BEIJING China's nuclear power generating capacity will grow to at least 70 to 80 gigawatts (GW) by 2020, an energy official was quoted as saying on Monday by the Xinhua News Agency, twice the level in earlier plans.
China previously said it would have 40 GW of installed nuclear capacity and 18 GW under construction by 2020, but government and industry officials have repeatedly urged a higher target to speed up clean energy sources and reduce the country's reliance on coal.
"China is adjusting its mid- and long-term nuclear plan and judging by current work preparations, nuclear capacity by a conservative standard will reach 70-80 GW by 2020," Huang Li, deputy head of the National Energy Administration's energy saving and equipment department, was quoted as saying.
"The old target was perhaps far from enough to meet China's promise to the international community to cut energy use and emission and protect the environment."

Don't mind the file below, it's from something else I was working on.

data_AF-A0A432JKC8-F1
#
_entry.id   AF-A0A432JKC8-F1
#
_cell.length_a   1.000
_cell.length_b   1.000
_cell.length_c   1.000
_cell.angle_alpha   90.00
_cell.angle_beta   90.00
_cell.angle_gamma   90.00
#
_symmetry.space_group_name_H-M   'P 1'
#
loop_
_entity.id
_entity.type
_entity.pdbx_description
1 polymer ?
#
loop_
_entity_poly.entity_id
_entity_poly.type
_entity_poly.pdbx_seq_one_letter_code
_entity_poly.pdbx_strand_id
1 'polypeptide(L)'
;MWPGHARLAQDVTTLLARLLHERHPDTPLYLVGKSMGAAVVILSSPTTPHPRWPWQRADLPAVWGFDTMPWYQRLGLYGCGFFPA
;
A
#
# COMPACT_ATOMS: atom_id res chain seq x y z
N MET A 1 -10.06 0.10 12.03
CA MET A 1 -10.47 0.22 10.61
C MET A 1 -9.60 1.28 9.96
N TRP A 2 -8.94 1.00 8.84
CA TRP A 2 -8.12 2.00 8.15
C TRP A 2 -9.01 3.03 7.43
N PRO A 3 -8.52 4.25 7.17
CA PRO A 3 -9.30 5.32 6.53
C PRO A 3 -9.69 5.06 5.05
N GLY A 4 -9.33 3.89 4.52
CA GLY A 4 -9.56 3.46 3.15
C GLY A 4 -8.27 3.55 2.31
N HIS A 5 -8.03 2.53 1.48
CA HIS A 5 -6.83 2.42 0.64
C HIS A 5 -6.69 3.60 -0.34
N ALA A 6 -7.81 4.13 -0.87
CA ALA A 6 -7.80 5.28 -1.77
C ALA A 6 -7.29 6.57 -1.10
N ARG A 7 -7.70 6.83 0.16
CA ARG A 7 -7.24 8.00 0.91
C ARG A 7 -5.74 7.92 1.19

China set a voluntary domestic goal to cut the amount of the main greenhouse gas, carbon dioxide, produced for every unit of economic output by 40 to 45 percent by 2020, compared to levels in 2005.
China has about 9 GW of nuclear power capacity and a record number of new projects have been approved since early last year.
She said the government is drafting a plan to increase hydropower capacity to 270 GW by 2020. The goal would be 37 percent higher than the current 197 GW.
ENERGY IMPORTS TO CONTINUE TO RISE
Huang said China's energy imports would continue to grow this year, with crude oil imports expected to reach 210 million tonnes and apparent crude demand rising to 400 million tonnes.
China, the world's second-largest oil user and buyer, imported 204 million tonnes of crude in 2009.
Crude refining capacity will grow 20 million tonnes in 2010 and domestic supplies of refined fuels are likely to exceed demand, she said.
Net coal imports will again reach 100 million tonnes this year despite domestic output of raw coal is expected to rise to 3.15 billion tonnes.
Coal imports totaled 125.8 million tonnes in 2009.
She also said China's power generation would grow 8.5 percent this year, with demand expected to rise 7 percent.